Latest 2018 BML2 Project Publication

Design2158 What BML2 will do for

Kent and Tunbridge wells

The 14pp report can be downloaded for viewing and printing by clicking on the image. Please circulate to friends and colleagues and if appropriate, to local Tunbridge Wells and Kent councillors.









Senior Labour Peers briefed on Thameslink 2 at House of Lords


Thameslink2 Skyline


BML2’s Thameslink 2 phase through the eastern capital is gaining strong support.



Following on from January’s presentation to Conservative Rail Minister Claire Perry, Labour Peers Lord Andrew Adonis and Lord Bassam of Brighton have been given an updated briefing about BML2. In particular, this focused on its high-value Thameslink 2 aspect. The problems on the Brighton Line are extremely serious, whilst the Labour Party is targeting all three of the Sussex city’s seats in the hope of winning them back.


Coincidentally the meeting occurred at an especially apposite time, during which media attention has been drawn to the utterly chaotic events at London Bridge station. The problems here cannot all be blamed on reconstruction work, however necessary, commendable and impressive this may be. Unfortunately the fundamental predicament will not be solved by the current Thameslink Programme, due for completion in a few years’ time.
Acknowledgement of this surfaced in a communication from Southern who advised: “the revised infrastructure has struggled to deliver the timetable”. It was further explained that modelling by Network Rail of the new reduced track layout: “showed that we should be able to run a maximum of 22 trains per hour. However, as the service intensifies during the peaks, particularly in the evening, we have found that trains gradually become later because minor delays lead to trains queueing approaching the station which then creates more significant delays. In practice therefore, we have simply not been able to get this number of trains into and out of London Bridge successfully during peak hours despite amending the train service in anticipation of the reduction.”  


Not so long ago, a rail boss despairingly commented that solving one bottleneck inevitably created another elsewhere. Such will occur at the already-hinted ‘Blackfriars bottleneck’ where Thameslink will attempt funnelling 24 trains per hour each way through two platforms. A similar warning is also being voiced by professional engineering companies involved in Crossrail, where Thameslink will interconnect at Farringdon. Worryingly, volume of usage, they say, has been substantially underestimated.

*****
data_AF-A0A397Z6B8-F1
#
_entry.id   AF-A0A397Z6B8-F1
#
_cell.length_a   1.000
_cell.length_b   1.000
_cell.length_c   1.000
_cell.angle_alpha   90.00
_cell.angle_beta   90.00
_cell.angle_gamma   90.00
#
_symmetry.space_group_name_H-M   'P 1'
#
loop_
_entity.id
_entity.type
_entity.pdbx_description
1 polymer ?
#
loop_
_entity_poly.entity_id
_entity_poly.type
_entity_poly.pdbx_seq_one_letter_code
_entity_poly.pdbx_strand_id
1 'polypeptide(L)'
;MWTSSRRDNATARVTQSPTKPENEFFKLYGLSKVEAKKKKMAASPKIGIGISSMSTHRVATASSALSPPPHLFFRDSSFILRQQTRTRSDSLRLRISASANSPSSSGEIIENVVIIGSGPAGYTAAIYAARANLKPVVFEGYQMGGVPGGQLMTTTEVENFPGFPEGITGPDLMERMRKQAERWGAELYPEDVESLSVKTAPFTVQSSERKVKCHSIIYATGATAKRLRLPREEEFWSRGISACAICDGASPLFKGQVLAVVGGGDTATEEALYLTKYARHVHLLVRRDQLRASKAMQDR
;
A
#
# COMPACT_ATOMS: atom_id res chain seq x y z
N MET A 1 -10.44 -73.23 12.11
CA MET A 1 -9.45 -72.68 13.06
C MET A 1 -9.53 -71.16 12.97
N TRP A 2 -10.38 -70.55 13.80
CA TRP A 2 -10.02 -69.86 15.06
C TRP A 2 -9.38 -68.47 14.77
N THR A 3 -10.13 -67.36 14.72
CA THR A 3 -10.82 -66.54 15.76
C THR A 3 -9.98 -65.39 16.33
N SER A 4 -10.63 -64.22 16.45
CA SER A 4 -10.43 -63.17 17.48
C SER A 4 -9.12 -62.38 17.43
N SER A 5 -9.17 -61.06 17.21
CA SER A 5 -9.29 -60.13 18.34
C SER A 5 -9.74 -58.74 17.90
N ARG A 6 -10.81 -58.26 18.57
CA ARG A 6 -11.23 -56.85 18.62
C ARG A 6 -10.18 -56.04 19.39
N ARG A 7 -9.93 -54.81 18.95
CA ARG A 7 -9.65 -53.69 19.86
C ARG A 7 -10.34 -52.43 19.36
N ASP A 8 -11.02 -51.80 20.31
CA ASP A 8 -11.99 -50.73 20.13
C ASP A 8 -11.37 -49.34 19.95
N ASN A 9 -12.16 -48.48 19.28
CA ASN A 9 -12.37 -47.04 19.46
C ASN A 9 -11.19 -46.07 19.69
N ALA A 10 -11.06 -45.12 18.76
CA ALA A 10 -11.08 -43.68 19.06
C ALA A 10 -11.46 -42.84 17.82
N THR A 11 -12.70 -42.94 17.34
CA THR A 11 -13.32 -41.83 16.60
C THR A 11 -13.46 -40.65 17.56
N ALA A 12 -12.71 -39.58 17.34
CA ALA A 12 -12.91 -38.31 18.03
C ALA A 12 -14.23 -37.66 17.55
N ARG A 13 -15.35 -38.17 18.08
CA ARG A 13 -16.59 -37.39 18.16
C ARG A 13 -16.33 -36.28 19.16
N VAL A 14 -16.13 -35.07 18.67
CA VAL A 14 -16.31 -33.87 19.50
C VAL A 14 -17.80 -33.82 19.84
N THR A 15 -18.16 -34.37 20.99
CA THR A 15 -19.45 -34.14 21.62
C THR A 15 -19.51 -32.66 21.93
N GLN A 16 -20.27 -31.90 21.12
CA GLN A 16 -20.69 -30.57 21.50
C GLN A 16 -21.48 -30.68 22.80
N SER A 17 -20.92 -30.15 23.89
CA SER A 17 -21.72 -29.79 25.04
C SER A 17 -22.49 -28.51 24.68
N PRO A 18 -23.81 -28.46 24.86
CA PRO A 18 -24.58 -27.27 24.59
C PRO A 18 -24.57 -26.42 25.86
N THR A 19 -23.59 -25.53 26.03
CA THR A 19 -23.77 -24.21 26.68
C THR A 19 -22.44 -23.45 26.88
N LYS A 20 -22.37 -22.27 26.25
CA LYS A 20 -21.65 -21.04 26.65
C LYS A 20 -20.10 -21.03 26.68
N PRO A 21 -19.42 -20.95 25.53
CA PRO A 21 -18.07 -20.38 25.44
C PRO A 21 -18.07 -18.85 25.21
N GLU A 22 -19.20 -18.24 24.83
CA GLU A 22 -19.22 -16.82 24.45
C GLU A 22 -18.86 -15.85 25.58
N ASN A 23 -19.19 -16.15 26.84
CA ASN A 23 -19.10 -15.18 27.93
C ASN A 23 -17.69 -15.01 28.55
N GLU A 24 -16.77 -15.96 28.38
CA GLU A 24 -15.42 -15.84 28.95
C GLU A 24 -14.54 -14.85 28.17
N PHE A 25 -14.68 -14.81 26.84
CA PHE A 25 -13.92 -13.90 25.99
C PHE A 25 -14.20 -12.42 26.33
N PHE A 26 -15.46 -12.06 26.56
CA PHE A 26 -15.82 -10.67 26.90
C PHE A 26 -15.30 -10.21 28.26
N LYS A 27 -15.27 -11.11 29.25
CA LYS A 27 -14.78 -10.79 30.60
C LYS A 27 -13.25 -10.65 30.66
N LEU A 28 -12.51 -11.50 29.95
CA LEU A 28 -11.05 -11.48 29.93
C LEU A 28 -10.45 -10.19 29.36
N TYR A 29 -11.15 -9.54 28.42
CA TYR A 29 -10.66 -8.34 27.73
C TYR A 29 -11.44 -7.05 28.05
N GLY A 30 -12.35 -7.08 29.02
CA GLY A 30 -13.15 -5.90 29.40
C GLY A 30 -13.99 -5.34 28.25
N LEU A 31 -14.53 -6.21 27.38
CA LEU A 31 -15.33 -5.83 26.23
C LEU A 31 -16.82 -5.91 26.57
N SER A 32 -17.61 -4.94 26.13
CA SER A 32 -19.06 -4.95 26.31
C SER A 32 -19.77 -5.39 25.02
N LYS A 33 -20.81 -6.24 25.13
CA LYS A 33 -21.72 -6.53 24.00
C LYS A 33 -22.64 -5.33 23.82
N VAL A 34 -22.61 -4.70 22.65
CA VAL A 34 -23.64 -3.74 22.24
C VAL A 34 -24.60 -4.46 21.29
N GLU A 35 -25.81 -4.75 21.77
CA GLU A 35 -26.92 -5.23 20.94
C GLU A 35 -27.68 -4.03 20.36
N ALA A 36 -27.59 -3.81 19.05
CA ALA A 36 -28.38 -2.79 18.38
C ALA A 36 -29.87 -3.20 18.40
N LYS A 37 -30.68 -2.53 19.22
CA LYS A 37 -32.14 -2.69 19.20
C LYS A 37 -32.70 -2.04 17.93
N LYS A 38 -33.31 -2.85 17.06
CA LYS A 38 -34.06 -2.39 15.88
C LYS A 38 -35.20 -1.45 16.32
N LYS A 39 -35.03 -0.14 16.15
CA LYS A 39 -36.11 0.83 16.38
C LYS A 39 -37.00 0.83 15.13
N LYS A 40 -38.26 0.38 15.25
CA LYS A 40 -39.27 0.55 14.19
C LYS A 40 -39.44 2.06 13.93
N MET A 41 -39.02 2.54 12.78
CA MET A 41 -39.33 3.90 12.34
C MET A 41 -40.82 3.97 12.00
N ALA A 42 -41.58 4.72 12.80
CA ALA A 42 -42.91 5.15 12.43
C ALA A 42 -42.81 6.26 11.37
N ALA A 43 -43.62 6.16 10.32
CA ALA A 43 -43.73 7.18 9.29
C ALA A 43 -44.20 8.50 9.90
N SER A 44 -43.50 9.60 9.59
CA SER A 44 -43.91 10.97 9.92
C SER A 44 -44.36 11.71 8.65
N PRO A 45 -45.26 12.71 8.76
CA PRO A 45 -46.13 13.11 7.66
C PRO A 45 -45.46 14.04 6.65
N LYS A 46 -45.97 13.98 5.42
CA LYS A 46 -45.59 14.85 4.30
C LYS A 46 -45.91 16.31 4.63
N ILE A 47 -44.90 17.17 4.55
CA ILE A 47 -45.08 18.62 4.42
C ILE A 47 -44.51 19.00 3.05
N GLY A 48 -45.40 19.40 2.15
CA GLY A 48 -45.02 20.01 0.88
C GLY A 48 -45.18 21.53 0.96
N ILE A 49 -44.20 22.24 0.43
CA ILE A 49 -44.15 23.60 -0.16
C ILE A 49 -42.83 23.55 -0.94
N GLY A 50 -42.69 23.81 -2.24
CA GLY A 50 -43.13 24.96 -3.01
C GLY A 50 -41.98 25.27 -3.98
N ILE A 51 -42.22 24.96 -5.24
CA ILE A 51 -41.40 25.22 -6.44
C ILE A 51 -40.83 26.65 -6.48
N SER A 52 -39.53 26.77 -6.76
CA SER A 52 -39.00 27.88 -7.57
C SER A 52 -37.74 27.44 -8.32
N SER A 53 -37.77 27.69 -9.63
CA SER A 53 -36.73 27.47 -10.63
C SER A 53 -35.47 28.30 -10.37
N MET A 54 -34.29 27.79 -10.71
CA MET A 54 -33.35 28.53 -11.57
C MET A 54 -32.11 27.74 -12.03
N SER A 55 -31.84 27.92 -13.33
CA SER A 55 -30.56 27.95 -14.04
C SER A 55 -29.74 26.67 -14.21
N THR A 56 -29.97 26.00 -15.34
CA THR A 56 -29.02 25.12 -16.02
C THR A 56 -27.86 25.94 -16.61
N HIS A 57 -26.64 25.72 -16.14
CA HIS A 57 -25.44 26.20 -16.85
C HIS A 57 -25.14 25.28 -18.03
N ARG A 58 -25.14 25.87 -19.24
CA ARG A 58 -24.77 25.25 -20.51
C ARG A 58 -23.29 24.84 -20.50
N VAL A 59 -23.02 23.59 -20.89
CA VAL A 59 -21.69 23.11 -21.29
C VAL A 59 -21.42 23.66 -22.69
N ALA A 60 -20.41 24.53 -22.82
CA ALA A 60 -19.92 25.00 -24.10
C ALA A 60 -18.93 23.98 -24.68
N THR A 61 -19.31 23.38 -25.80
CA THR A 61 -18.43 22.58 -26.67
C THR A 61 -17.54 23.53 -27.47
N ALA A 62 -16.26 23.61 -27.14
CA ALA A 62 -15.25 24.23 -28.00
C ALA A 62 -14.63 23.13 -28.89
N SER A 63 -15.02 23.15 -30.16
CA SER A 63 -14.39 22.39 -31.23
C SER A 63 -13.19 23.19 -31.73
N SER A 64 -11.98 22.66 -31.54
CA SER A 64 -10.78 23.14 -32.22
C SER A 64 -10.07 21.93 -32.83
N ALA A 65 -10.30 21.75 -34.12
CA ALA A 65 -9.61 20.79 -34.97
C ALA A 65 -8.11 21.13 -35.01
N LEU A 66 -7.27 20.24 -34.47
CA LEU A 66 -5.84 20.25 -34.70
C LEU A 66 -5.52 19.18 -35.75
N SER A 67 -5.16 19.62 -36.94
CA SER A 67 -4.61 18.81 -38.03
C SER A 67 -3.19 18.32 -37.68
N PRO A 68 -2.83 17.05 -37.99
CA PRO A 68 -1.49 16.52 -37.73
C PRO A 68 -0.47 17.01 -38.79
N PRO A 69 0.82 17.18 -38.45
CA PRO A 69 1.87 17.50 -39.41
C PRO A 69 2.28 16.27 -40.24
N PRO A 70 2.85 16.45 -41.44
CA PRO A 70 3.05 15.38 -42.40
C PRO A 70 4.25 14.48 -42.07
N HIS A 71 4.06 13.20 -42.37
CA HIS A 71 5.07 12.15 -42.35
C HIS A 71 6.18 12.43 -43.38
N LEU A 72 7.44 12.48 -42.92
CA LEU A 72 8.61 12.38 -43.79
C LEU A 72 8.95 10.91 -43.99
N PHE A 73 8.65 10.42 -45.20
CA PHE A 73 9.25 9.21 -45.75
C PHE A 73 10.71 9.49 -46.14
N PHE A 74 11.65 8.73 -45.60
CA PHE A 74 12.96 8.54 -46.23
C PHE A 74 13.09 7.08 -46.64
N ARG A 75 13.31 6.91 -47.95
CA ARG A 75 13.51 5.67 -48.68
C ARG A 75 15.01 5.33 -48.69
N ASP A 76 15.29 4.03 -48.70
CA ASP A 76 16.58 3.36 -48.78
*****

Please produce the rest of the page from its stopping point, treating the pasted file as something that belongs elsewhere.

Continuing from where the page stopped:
Apart from the Labour Peers at the House of Lords briefing, were strategic business representatives who expressed very strong interest in seeing Thameslink 2 happen. They clearly appreciate the immeasurable benefits and commercial opportunities the scheme would bring to London and, in particular, the eastern side of the capital. It wasn’t for nothing that rail industry representatives suggested to us at a BML2 presentation a couple of years ago that the London Phase would be the primary generator of the whole project.


Meanwhile, the Chancellor George Osborne has promised the Government will look at the viability of BML2. He said Government needs to do more to unlock the area’s potential, adding: “This means investing in infrastructure”. Writing in the Sussex Express, and subsequent to the BML2 presentation at Lewes given to Claire Perry, he specifically said the Government needs: “to look at the bold ideas you have for connectivity in London – the prospective Conservative MP in Lewes, Maria Caulfield, is a strong advocate for a new BML2 line into London.”